Audi’s 18-year stint in (WEC) sportscar racing climaxed with a one-two result for its R18 e-tron quattro hybrid race cars in Bahrain, while Volkswagen’s (WRC) campaign ended in similar fashion with the top two podium places for the Polo R cars at Rally Australia.
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The ending of the two manufacturer programmes is widely believed to be due to the financial savings the Volkswagen Group has had to make in the wake of the ‘Dieselgate’ emissions-cheating scandal, resulting in heavy fines and significant costs in rectifying affected cars.
Audi has competed in endurance sportscar racing for 18 years, in the process winning 13 times in the Le Mans 24 Hours, a total only beaten by Porsche with 18. But the return of sister brand Porsche to the WEC in 2014 had stoked rumours of an Audi pull-out, which most expected would have been at the end of 2017.
However on 26th October the Ingolstadt marque announced it would be leaving the series at the end of the season and focusing future motorsport efforts on the FIA’s for electric-powered single seaters. The finale win for Loic Duval, Oliver Jarvis and Lucas di Grassi was only the second time Audi had won in 2016, the season dominated by Porsche.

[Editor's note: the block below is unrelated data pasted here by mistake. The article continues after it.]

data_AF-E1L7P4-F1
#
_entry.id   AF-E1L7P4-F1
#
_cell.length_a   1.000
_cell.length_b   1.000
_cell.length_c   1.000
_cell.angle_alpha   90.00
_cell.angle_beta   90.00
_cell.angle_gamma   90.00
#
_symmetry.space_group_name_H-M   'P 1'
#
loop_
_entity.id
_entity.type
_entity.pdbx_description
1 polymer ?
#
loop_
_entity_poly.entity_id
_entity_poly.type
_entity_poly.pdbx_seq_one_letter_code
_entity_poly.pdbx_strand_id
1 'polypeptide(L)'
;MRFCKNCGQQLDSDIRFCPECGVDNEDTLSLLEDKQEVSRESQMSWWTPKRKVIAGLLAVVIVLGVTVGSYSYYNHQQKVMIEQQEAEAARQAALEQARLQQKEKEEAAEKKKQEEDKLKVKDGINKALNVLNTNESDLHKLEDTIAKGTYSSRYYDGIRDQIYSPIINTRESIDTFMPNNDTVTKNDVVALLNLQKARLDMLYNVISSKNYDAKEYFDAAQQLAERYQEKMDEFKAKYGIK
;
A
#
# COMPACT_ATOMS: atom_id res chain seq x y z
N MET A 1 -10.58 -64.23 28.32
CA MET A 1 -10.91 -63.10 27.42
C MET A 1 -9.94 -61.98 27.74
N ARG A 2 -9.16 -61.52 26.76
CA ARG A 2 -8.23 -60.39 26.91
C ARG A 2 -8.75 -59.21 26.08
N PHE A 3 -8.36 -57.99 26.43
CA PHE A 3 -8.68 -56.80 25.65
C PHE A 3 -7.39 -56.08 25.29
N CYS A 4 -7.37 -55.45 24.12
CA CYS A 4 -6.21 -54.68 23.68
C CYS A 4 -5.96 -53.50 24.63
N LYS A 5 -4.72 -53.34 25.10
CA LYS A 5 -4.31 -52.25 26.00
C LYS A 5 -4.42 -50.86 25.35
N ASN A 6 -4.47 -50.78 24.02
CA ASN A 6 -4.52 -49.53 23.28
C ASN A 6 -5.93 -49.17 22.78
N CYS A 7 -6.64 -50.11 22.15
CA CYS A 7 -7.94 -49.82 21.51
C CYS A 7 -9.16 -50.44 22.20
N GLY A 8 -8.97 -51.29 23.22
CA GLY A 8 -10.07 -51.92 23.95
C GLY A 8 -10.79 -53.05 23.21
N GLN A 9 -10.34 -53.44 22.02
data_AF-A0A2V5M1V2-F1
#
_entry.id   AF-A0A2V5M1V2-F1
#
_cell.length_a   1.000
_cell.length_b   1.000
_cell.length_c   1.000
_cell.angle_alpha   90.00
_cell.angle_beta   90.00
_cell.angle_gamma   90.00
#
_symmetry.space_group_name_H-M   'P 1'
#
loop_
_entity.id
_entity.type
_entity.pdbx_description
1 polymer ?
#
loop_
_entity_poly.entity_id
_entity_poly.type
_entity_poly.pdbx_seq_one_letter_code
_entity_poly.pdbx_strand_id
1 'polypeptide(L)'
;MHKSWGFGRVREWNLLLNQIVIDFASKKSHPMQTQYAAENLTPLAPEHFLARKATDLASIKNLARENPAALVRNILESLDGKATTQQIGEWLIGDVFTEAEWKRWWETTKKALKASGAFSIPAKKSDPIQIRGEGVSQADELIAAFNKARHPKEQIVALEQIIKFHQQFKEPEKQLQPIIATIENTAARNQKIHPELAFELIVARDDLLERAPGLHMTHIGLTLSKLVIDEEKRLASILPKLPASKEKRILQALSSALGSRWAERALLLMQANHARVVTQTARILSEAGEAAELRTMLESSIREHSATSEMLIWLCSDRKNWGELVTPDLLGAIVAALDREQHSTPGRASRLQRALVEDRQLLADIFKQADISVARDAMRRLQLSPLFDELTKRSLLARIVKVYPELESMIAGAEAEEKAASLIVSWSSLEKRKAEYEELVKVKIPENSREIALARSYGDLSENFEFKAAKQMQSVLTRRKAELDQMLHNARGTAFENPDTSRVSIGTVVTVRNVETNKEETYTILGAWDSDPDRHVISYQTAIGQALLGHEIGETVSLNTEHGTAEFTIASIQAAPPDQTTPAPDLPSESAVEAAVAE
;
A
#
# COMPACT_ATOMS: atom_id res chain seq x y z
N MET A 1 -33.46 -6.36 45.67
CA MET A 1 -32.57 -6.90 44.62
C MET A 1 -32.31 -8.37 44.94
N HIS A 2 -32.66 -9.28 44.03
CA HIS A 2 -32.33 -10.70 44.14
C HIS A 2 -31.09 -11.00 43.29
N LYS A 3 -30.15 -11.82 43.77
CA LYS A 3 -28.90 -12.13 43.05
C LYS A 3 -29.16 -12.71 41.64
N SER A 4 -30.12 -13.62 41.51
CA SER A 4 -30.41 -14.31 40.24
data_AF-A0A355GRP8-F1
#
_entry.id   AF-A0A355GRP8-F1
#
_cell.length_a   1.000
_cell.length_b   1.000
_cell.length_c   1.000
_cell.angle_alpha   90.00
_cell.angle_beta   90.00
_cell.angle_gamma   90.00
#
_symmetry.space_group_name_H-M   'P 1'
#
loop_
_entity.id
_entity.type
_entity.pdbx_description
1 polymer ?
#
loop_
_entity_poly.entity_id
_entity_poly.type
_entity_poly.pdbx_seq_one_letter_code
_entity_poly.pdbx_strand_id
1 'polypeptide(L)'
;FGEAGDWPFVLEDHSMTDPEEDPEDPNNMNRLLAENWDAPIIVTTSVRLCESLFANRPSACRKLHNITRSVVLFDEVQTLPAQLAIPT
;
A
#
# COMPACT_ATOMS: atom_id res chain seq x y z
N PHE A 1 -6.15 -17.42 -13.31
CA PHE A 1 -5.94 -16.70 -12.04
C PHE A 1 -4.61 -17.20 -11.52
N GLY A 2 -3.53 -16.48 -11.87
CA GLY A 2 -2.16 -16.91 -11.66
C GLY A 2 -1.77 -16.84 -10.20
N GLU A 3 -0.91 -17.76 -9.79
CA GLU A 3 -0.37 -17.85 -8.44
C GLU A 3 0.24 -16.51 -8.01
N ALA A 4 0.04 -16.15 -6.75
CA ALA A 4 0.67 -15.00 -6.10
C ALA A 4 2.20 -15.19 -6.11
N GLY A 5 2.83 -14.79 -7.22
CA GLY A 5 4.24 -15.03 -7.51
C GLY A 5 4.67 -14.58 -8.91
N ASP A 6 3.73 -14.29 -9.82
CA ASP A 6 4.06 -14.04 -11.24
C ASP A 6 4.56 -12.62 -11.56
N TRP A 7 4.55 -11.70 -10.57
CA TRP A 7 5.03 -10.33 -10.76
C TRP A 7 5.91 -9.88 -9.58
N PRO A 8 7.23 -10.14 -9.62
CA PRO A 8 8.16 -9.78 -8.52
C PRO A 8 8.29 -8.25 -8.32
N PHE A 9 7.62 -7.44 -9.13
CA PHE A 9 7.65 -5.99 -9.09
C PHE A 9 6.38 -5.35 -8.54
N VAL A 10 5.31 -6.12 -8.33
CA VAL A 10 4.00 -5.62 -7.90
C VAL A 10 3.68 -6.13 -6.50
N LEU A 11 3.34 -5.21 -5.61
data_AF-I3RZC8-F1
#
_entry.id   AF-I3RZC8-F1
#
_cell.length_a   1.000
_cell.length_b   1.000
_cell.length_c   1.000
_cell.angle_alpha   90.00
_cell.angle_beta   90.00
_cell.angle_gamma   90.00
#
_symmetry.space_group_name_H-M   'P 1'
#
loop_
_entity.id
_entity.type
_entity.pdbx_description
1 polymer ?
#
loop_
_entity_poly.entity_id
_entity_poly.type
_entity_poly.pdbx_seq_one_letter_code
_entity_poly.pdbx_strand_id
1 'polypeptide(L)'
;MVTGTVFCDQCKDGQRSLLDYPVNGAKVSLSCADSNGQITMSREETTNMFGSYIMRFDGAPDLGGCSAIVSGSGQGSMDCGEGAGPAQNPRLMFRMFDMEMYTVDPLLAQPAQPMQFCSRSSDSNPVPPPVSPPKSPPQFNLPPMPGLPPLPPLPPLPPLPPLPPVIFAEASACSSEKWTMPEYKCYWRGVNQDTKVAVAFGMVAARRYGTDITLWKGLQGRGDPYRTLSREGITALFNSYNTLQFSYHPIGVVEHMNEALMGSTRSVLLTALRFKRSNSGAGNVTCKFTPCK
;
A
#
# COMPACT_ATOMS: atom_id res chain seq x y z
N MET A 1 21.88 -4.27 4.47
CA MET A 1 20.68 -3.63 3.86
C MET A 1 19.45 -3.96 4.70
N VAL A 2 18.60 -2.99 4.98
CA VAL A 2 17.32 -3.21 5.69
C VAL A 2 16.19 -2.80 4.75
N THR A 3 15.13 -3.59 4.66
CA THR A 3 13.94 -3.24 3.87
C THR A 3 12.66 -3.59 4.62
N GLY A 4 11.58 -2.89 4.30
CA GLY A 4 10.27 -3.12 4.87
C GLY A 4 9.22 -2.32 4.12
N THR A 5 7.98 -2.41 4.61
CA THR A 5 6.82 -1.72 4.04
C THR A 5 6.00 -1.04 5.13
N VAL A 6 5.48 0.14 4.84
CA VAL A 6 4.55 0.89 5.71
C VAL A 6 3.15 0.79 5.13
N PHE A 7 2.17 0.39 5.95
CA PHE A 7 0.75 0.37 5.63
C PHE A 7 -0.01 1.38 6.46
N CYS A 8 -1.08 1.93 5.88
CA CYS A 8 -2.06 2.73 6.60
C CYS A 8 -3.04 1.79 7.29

The end of the WEC programme will also see Audi motorsport head Dr Wolfgang Ullrich retire from a highly successful 23-year stint – alongside the victories he has also overseen seven drivers and four manufacturers titles in the (DTM), and victory in the 1996 among several Touring Car successes.
Volkswagen’s Rally Australia result, which saw Andreas Mikkelsen and Andreas Jaeger beat newly crowned champions and team-mates Sebastian Ogier and Julien Ingrassia, marked the end of a tumultuous four years in the WRC that resulted in four driver’s titles for Ogier, four teams and manufacturers titles.
Volkswagen does intend to build a new version of the Polo for selling to customer teams in 2018, while the weekend also saw a new motorsport era opened for German manufacturer in Macau, with its first TCR International touring car series title.
Driving a VW Golf, inaugural TCR champion Stefano Comini retained his title at the end of the second season for the category, having taken the first TCR championship in 2015 at the wheel of a SEAT Leon.
Volkswagen has committed itself to the TCR category, which is based on the concept of manufacturers building production runs of race-ready touring cars for customer teams to purchase and run – in its short history the TCR International championship has spawned a host of regional and national sub series across the globe. Audi has also just launched a version of its RS3 to TCR specification which it will be selling to teams for 2017 series.